Kimmi Katte


People get so frustrated with me when I talk to them about self-care in a Nutritional Medicine consultation.⁠

They just want to be told what to eat because by the time they’ve gotten to me they have already run the gamut of dietary and lifestyle advice from many well meaning dietitians, naturopaths, nutritionists, doctors, relatives, keyboard warriors, friends, and neighbours.⁠

They’re tired, and they’re fed up, and very often quite unwell. I get it. I get it because I’ve been there too.⁠

And by the time they get to me they truly believe that if I will just tell them exactly what to eat, and exactly which supplements to take, that they will automatically be able to apply that information and get their longed for results.

But that’s not how it works.⁠

Typically we start out with the very best of intentions with excitement around sticking to the dietary protocol and excitement levels run high. The novelty factor is in place and it’s powerful! It’s a bit new, a bit different, and it’s really easy – just follow the instructions.

Until boredom sets in. Or stress. Or <<add whichever word fits best here for you>>.

Then intentions and excitement leave the building and we’re left with the needs that aren’t food related – the things that are related to self-care, the things that in the past we’ve addressed with unhealthy food choices.

The big secret is that unless my patients get their self-care game on in addition to getting advice on food choice and meal timing, it’s unlikely that food recommendations will be implemented over the long term.⁠

It’s because we all have an emotional relationship with food which can sabotage our choices no matter how clear the recommendations are, and no matter how desperate we are to see some changes in our body.⁠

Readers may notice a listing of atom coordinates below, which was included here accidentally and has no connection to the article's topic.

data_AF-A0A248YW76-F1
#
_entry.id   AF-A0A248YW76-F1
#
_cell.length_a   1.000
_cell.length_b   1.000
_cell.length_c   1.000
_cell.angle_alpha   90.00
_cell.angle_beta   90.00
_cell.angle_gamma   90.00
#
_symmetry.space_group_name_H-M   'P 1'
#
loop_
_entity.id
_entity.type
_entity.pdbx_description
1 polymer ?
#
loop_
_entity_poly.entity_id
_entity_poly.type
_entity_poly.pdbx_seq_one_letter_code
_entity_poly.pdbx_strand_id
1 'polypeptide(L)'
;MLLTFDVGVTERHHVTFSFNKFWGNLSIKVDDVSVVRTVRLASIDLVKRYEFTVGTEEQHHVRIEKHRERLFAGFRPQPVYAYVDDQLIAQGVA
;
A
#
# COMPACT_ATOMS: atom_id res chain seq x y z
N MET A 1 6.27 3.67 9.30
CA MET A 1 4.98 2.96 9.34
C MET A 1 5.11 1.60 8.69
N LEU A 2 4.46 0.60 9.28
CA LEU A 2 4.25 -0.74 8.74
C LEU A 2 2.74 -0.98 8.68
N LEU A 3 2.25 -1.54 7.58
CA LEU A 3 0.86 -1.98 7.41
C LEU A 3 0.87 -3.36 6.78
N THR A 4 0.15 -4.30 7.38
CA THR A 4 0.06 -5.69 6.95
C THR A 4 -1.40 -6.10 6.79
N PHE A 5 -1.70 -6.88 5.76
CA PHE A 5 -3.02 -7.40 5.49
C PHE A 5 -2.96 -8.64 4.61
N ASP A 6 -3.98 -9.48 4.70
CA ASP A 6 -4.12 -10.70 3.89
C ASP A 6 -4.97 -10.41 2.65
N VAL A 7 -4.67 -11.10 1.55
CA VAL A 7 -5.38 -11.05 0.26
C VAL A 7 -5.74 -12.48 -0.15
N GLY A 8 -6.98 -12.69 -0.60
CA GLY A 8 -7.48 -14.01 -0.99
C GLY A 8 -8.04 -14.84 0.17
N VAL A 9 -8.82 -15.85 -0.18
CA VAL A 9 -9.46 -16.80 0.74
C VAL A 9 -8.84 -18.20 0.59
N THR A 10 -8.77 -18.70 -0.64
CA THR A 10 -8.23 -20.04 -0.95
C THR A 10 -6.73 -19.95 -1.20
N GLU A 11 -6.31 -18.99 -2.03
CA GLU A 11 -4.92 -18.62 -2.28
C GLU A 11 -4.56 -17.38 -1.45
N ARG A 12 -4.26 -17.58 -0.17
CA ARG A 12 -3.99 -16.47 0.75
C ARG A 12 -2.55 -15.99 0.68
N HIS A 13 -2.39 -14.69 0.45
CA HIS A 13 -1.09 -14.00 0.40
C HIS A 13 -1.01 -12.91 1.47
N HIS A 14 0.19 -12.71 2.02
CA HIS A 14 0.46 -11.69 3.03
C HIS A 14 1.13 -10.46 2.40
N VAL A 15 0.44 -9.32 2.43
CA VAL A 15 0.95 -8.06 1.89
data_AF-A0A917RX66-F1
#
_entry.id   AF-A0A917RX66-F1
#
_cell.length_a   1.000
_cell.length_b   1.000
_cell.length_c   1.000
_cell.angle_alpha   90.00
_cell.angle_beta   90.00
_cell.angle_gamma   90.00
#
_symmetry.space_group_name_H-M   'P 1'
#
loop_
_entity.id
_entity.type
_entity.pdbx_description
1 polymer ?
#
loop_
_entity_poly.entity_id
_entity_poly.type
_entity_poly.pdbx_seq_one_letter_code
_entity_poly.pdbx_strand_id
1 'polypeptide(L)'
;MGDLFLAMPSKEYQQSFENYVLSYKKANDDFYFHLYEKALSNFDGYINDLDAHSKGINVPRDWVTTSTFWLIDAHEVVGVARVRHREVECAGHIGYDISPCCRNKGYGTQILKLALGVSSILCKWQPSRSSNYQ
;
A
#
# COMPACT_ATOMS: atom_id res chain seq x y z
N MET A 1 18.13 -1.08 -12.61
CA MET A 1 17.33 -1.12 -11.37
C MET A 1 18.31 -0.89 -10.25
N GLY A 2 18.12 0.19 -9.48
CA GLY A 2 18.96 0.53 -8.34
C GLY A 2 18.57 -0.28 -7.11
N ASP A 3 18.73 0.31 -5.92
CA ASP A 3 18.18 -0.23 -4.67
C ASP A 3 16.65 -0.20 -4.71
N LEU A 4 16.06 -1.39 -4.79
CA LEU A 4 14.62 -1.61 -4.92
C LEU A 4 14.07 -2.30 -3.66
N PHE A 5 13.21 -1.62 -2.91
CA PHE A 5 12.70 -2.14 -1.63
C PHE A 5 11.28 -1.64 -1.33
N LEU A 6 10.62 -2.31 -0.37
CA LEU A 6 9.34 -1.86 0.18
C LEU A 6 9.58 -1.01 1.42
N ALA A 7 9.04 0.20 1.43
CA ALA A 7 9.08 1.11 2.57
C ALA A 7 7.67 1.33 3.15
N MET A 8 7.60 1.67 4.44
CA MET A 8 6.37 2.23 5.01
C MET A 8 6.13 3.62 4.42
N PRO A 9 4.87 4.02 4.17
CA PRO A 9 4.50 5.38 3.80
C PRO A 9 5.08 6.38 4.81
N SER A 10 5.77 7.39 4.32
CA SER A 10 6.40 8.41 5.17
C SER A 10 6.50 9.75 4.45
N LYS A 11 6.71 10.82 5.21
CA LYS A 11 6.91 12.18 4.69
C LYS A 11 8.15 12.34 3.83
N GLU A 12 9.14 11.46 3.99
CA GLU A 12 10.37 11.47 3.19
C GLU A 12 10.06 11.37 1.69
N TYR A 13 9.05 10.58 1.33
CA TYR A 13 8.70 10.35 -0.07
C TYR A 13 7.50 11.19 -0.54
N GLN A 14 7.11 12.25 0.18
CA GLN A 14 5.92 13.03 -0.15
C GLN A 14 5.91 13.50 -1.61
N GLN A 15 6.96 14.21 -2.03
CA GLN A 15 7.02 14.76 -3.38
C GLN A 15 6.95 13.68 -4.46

The “need” to eat a food that doesn’t support your health can often feel physiological, but that craving most likely originates from an emotional need that food will never be able to satisfy.⁠

To be clear, we have physiological needs and we have emotional needs – food is one of the things that go in the physiological needs department, but won’t fit in the emotional needs department. That’s a different key to a whole other door.⁠

In the case of people who have lipoedema, our food history has been littered with many and varied diets – low calorie, low fat, low salt, nutrient poor, and health destroying in so many ways. Food has been both our friend and our enemy, and it’s no surprise that our emotional relationship with food is no less than tortured. This is one of the reasons why self-care is prioritised in my treatment plans for my lipoedema patients.

Self-care strategies dial down emotional cravings for foods to make them manageable, and will help you to make decisions about food that aren’t clouded by unmet emotional needs. If you come to me for a Nutritional Medicine consult or for keto coaching, don’t be surprised when part of your treatment plan involves daily emotional care strategies because your success in getting healthy is my #1 priority.⁠

One very effective strategy is to ask my patients to write themselves a “happy list”. This is a list of things they can do (that don’t involve food) that bring feelings of happiness. It’s a unique list for every patient, and mine doesn’t look anything like anybody else’s – we’re all so different, and our sources of happiness will be very personal! I ask my patients to do two things from their list before lunchtime each day if it’s at all possible, and to build on that list every day,

It sounds way too easy, and is often overlooked by my patients in relation to the more technical and direct parts of the treatment plans that I write. But it’s so effective in combination with those more direct instructions, especially if you have a tortured past with food like me.

I keep my happy list in my journal and each evening after I’ve written out my gratitudes, I decide which two things I’ll be doing before lunchtime the following day to satisfy my emotional needs – it’s part of setting myself up for a successful day. Ending my day with gratitude and considering my emotional needs for the following day has been life-changing for me in the last few months and I hope you might be able to incorporate a strategy like this for yourself! It really is a secret to tackling self-sabotage!